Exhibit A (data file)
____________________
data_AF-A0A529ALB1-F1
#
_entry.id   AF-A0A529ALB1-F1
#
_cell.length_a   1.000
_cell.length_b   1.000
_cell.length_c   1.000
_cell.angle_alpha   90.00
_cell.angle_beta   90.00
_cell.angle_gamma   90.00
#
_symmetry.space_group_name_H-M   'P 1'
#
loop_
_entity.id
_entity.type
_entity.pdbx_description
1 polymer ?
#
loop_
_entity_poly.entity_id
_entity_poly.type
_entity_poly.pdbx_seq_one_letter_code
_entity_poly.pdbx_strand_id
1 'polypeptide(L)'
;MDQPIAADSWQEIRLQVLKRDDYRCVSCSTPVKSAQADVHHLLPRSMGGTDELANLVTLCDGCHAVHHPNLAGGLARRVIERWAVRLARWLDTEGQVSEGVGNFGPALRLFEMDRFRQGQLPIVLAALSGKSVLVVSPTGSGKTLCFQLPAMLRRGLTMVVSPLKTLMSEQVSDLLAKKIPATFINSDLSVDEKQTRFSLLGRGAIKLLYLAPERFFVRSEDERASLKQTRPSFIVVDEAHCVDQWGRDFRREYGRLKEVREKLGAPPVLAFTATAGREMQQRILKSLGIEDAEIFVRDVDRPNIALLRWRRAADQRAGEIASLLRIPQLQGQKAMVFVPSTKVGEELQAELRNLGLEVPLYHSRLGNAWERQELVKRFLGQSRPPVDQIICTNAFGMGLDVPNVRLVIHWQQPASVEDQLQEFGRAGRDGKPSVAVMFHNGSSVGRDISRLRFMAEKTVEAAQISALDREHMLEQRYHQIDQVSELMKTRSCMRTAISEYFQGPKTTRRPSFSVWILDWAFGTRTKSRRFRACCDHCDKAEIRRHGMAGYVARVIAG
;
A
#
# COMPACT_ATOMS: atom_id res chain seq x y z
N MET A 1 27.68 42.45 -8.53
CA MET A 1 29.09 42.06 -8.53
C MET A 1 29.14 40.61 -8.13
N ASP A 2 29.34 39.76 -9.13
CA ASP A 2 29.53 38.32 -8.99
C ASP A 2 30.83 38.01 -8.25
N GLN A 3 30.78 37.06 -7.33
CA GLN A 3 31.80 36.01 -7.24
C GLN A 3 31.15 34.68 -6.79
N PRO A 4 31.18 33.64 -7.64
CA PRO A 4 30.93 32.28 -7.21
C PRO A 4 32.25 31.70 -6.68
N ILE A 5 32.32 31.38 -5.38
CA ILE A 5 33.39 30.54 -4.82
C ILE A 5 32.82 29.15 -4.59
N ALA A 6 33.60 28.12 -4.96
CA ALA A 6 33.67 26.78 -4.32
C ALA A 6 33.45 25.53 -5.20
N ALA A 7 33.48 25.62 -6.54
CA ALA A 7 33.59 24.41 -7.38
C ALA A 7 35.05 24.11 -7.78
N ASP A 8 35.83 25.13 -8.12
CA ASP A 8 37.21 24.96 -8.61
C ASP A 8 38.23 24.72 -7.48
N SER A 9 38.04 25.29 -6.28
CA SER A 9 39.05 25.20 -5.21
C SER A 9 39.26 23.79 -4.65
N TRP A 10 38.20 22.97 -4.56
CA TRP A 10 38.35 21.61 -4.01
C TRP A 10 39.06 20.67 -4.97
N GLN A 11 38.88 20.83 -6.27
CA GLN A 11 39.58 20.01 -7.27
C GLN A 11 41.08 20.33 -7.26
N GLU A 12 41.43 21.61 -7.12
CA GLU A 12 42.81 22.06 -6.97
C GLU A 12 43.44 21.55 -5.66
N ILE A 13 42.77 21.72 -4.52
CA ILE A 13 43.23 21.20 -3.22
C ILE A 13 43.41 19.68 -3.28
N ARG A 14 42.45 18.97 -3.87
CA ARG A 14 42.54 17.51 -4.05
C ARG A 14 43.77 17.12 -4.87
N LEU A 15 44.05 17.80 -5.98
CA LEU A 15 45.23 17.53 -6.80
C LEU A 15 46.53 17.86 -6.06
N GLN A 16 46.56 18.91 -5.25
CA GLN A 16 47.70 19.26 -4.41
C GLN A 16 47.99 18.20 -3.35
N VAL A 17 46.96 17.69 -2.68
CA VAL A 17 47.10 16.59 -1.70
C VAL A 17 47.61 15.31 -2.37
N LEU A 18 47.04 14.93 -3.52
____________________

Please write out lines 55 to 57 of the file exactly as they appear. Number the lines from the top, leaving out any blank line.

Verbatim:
N SER A 9 38.04 25.29 -6.28
CA SER A 9 39.05 25.20 -5.21
C SER A 9 39.26 23.79 -4.65